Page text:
We are having an amazing stretch of good weather that I hope will hold, but it looks like a minor storm might move in while we are up in the mountains, cross your fingers. If the weather goes bad we are prepared to do some glacier cave/moulin exploration, something that both Opie and I are very fond of and experienced in. Together we have explored some spectacular glacier caves and caverns throughout the years.

The biggest concern is the wind. This will be my third trip into the Hayes Range during Spring and the wind can really hammer you. We plan to climb and camp on some small peaks to get the right perspective but that makes us very exposed to the elements. Rumor is that the lower section of the glacier is blown free of snow, as are the ridges. This can make for some exciting glacier travel!

Because of the long days of spring and summer in Alaska, I don’t have many opportunities to do night photography in the Alaska Range. However, since it still gets dark out I decided to rent from my friends, Lensrentals.com, a 24mm 1.4 lens to use for some night photography and if we are lucky, some aurora images.

My photo kit for this trip is:

Nikon d800E

Nikon 70-200 F4 (my primary mountain photography lens)

Nikon 24mm 1.4 lens

77mm Polarizer and 10 stop ND Filter

Cable release

6 batteries.

My Gitzo tripod with my old Linhoff ball head.

Make sure you Follow the blog and like my Facebook page so you can stay up to date with all the new images and expedition news.

Talk to you soon!

K.I.S.S. in the Mountains

Function over fashion. Getting organized before an expeditions will pay dividends in the mountains.

Function over fashion. Getting organized before expeditions will pay dividends in the mountains.

I try to follow the acronym K.I.S.S when preparing for an expedition and when out in the field. I try to keep everything simple and organized. When it’s cold and ugly out, it pays to “Have all your ducks lined up.” as my Dad would say.

My gear is often laughed at by fellow photographers, it’s well-worn and covered in bright-colored tape. But I believe in function over fashion. Much of my photography happens during the dim light before sunrise and after sunset. I have lost many a cable release and lens cap during these dark hours. And though neither is a trip killer, it can be frustrating and just adds an unnecessary complication to an expedition.

It also pays to keep track of batteries and memory cards, especially in the cold when I am frequently rotating them around like musical chairs.  Batteries always fail right when the light is really good, cards also fail or magically fill up right when things start to get exciting!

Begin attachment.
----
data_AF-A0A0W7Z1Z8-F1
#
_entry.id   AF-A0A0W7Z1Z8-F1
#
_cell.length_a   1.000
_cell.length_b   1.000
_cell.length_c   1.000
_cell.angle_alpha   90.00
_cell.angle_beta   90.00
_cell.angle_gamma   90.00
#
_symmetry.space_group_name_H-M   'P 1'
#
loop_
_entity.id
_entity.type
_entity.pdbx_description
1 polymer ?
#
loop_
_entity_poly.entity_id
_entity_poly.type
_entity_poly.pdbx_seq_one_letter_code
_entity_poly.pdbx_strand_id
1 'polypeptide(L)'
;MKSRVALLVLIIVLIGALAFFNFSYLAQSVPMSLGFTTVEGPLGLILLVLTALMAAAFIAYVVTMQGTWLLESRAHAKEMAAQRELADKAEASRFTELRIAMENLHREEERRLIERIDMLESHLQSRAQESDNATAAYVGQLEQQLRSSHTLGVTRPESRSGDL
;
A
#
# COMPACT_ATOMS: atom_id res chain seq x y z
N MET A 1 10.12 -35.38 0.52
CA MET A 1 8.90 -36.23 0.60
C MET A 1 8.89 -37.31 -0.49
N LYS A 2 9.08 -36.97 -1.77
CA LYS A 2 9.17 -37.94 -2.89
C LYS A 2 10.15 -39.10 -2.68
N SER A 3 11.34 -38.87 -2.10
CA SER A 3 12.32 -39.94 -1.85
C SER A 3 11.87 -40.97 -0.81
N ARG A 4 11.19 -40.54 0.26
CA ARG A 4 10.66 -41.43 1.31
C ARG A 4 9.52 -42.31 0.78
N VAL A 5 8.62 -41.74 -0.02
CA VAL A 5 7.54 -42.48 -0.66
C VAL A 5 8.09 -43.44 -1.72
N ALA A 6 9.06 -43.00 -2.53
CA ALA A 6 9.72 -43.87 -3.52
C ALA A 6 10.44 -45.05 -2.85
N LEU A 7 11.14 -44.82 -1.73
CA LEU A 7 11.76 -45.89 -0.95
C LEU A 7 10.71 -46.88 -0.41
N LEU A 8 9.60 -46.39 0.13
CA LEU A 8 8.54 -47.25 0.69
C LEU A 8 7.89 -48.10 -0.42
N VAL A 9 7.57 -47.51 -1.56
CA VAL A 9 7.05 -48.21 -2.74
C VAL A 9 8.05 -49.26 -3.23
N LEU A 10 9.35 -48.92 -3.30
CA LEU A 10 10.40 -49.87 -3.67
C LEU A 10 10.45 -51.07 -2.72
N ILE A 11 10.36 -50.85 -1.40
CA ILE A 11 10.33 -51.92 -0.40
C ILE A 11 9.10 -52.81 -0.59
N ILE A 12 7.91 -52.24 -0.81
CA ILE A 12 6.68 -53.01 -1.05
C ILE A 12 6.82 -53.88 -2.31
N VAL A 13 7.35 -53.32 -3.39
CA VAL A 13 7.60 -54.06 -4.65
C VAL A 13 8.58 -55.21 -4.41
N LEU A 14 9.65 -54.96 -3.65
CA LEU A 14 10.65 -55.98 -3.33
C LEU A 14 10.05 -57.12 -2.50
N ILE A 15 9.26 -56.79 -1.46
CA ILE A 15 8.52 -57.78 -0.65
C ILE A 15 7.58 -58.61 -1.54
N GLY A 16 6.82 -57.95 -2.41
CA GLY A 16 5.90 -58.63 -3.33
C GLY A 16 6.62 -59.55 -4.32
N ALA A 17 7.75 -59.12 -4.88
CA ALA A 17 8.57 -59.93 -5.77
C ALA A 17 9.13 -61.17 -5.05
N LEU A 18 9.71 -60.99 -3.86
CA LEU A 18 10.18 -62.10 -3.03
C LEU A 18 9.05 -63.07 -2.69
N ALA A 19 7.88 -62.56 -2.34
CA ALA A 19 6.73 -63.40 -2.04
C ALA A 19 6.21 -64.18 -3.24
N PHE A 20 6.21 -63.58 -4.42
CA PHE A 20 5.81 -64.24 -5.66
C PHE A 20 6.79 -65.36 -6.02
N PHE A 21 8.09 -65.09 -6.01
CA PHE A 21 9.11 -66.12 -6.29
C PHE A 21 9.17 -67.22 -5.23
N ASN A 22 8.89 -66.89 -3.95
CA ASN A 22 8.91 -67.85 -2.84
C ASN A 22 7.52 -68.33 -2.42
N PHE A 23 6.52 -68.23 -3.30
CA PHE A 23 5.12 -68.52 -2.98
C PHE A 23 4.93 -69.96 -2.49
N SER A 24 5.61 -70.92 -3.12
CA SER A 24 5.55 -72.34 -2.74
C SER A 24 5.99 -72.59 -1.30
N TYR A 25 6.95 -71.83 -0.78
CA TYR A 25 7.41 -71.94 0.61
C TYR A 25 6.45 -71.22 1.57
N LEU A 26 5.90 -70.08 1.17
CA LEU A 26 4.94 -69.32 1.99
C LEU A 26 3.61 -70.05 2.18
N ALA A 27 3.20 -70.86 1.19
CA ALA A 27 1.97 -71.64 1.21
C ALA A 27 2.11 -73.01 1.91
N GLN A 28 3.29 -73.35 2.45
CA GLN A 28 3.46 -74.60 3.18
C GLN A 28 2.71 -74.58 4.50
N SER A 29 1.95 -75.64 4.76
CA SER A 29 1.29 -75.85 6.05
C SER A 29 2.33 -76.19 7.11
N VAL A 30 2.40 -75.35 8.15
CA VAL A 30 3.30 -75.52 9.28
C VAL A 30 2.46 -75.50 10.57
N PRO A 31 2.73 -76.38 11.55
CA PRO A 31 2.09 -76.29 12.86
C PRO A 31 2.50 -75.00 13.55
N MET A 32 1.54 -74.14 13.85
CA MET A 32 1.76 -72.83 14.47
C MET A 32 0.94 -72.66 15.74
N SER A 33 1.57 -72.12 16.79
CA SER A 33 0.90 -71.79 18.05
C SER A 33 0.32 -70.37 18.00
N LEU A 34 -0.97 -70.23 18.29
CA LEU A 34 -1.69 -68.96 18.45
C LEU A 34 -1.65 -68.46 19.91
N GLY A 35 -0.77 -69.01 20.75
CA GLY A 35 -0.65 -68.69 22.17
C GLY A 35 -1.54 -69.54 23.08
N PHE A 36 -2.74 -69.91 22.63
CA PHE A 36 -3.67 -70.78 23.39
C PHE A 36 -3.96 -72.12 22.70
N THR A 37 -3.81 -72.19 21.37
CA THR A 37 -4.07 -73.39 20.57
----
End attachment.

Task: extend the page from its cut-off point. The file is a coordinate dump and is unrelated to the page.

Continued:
These are my accessories for my upcoming trip into the Gillam Glacier, Eastern Alaska Range.

 

Join me in the Alaska Range!

Join me in the heart of the central Alaska Range. We will spend four days, three nights surrounded by massive peaks and slithering glaciers. We will fly from Talkeetna with K2 Aviation and land on a remote glacier lake, under the shadow of Denali. This is one of the few places on the south side of Denali National Park and the central Alaska Range where you don’t need mountaineering skills to explore.

The confirmed dates are: are July 10-13th, 2014.

Alaska Alpine Adventures will supply all the comforts: tents, sleeping bags while Alpine Appetites will supply gourmet back-country food.

This will be an intensive photographic journey. We will be in remote wilderness far away from any roads or people. We will stay up late and get up early, chasing the light as it illuminates the surrounding peaks, including a unique view of Denali.

Because of my Alaska Range project, This will be my only tour or workshop this year, so if you want to join me on an adventure, this is it.

Feel free to contact me with any questions carl@photographalaska.com

Register directly with Alaska Alpine Adventures

Below are some images from the area we will be exploring:

The shadow of Mount Church is projected into the clouds by the rising sun, central Alaska Range

The shadow of Mount Church is projected into the clouds by the rising sun, central Alaska Range

Unnamed mountains reflected in Lima Bean Lake (local name), central Alaska Range

Unnamed mountains reflected in Lima Bean Lake (local name), central Alaska Range

Backside Glacier and Mount Huntington